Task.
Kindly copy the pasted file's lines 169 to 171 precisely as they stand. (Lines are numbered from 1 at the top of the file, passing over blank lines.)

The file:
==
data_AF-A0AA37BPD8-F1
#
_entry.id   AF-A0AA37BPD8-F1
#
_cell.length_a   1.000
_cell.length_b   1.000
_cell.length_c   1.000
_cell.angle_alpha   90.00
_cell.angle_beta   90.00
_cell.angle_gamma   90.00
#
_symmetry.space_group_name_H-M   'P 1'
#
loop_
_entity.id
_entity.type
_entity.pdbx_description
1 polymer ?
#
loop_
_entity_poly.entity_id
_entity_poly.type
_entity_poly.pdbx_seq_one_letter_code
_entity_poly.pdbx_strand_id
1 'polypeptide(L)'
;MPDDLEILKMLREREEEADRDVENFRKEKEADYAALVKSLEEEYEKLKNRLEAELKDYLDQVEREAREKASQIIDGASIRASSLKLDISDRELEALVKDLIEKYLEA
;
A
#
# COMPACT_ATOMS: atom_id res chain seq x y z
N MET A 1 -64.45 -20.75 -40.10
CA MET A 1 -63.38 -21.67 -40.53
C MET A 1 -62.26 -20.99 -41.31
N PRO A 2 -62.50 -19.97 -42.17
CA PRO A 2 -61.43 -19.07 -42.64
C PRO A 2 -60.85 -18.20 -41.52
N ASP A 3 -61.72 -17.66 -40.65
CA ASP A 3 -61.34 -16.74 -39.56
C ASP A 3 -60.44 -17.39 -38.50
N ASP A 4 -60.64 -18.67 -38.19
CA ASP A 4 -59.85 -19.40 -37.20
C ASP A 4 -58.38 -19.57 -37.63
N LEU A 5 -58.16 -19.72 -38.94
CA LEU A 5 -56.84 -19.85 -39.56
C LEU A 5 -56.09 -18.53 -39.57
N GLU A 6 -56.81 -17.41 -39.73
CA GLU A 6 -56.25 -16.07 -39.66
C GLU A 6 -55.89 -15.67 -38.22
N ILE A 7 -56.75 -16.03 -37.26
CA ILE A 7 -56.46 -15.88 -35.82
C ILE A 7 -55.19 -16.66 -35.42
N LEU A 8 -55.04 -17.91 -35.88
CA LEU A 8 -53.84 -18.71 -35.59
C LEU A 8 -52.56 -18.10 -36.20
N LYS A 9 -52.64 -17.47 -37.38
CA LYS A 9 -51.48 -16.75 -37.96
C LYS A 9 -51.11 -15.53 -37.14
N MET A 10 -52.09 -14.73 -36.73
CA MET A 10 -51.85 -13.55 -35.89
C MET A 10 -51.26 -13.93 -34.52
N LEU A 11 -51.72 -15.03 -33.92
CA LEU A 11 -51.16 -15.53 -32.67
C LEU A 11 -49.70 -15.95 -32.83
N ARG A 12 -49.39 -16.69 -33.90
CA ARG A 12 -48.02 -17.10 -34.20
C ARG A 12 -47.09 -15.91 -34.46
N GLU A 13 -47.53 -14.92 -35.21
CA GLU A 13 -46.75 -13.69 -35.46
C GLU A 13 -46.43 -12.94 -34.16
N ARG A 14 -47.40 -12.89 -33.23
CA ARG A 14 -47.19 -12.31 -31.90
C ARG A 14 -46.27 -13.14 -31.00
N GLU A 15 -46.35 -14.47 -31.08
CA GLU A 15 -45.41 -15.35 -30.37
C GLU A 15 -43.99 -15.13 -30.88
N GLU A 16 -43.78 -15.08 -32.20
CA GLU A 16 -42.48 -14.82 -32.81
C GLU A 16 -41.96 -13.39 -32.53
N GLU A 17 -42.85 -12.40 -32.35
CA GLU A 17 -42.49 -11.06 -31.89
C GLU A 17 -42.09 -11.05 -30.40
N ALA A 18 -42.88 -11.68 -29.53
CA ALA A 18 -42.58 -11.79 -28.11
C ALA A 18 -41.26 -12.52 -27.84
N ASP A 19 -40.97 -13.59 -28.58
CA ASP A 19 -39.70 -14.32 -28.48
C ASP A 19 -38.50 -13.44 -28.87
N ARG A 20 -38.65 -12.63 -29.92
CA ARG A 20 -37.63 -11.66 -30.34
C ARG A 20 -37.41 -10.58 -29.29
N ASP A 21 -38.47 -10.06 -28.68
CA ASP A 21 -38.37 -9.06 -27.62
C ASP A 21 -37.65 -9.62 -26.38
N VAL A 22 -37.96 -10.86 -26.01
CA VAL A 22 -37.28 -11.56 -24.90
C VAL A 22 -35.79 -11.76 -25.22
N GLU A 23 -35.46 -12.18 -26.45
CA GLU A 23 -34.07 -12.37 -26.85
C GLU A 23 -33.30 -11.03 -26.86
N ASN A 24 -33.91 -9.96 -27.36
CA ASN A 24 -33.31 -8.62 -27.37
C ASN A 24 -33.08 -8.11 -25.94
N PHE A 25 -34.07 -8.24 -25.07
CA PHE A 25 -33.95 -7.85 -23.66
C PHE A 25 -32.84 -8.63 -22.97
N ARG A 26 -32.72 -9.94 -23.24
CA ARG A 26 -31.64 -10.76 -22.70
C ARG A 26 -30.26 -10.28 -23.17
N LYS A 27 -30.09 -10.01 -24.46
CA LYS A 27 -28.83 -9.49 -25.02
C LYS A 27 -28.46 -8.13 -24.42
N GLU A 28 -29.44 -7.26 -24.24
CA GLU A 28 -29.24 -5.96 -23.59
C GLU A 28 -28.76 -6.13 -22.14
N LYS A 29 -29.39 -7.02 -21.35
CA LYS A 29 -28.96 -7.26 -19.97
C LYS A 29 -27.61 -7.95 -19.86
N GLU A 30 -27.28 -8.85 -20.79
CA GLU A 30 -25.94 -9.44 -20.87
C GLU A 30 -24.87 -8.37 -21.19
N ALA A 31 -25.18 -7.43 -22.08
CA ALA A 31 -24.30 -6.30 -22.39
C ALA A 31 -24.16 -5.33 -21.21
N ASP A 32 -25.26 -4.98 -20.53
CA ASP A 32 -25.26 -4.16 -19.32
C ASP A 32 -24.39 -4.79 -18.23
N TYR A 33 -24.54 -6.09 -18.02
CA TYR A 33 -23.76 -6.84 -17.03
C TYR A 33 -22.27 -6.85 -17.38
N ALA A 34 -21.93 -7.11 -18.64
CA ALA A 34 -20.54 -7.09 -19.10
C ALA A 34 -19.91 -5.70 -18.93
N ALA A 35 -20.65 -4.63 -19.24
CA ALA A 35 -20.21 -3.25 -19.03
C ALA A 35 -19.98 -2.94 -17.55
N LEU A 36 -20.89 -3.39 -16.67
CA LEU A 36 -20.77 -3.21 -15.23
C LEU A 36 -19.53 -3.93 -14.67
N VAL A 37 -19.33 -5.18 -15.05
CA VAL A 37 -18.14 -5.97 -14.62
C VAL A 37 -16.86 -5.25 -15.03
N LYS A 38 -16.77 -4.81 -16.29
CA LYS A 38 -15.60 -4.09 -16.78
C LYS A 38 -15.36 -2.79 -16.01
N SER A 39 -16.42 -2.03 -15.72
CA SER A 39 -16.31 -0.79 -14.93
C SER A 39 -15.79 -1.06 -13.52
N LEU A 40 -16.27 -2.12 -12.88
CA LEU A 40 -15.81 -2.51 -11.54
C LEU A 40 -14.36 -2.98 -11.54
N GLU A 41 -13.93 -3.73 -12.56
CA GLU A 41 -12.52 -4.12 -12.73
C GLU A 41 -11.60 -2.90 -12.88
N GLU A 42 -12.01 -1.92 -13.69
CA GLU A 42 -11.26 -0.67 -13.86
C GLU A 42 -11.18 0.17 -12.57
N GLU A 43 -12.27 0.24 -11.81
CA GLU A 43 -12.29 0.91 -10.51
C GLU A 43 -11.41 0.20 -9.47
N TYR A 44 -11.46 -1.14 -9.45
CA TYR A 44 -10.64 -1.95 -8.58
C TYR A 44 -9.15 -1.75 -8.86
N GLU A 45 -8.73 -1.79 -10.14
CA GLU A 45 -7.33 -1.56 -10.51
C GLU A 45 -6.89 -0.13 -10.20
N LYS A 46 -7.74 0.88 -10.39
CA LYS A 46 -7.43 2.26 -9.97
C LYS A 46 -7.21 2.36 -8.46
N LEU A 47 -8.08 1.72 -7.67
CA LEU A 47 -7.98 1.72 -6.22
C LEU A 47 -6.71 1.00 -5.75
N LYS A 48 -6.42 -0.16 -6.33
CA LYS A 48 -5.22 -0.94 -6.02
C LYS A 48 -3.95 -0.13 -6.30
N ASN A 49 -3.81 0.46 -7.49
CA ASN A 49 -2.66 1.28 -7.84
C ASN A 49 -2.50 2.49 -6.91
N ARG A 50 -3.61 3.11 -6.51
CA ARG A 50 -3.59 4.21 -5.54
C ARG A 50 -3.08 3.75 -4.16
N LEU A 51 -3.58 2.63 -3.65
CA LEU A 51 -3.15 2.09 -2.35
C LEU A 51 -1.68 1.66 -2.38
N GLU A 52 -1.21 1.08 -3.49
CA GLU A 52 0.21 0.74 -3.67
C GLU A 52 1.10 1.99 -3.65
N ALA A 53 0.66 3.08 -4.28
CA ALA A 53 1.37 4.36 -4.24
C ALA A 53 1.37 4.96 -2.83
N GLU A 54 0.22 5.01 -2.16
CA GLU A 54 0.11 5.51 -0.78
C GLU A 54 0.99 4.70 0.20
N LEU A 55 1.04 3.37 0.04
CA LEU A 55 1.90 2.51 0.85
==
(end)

N LEU A 47 -8.08 1.72 -7.67
CA LEU A 47 -7.98 1.72 -6.22
C LEU A 47 -6.71 1.00 -5.75